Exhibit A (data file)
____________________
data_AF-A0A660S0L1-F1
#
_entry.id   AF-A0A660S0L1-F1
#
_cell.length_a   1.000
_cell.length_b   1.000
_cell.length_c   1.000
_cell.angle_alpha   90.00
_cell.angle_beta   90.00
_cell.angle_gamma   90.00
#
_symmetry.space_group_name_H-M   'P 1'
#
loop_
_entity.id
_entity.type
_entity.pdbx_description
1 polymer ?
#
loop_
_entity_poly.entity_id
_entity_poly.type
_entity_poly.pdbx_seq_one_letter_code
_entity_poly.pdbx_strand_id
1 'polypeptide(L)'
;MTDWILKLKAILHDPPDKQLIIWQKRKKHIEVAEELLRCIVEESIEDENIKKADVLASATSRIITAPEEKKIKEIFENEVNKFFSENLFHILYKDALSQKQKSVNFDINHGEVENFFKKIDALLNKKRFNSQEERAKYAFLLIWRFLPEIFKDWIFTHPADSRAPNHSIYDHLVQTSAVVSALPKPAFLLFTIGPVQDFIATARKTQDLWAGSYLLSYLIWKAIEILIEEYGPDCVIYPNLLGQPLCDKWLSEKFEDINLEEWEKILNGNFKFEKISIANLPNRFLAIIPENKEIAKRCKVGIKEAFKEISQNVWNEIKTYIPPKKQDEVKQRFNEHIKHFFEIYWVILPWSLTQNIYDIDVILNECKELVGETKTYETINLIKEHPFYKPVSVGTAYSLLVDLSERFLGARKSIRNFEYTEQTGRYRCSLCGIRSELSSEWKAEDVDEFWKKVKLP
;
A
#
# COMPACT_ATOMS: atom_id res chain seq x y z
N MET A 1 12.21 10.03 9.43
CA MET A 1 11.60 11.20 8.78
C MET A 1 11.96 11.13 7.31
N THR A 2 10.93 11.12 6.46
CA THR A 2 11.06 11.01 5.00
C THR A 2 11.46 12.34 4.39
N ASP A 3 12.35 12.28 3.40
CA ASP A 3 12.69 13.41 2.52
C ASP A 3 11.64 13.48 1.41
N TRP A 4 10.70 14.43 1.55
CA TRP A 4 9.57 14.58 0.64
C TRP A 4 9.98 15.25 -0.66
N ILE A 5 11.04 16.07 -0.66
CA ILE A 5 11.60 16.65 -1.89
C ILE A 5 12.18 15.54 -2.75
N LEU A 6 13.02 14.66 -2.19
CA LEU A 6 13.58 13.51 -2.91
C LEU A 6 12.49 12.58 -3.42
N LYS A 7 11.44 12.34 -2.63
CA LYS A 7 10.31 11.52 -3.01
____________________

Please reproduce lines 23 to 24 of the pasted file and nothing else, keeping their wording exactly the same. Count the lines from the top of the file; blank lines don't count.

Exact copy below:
_entity_poly.pdbx_seq_one_letter_code
_entity_poly.pdbx_strand_id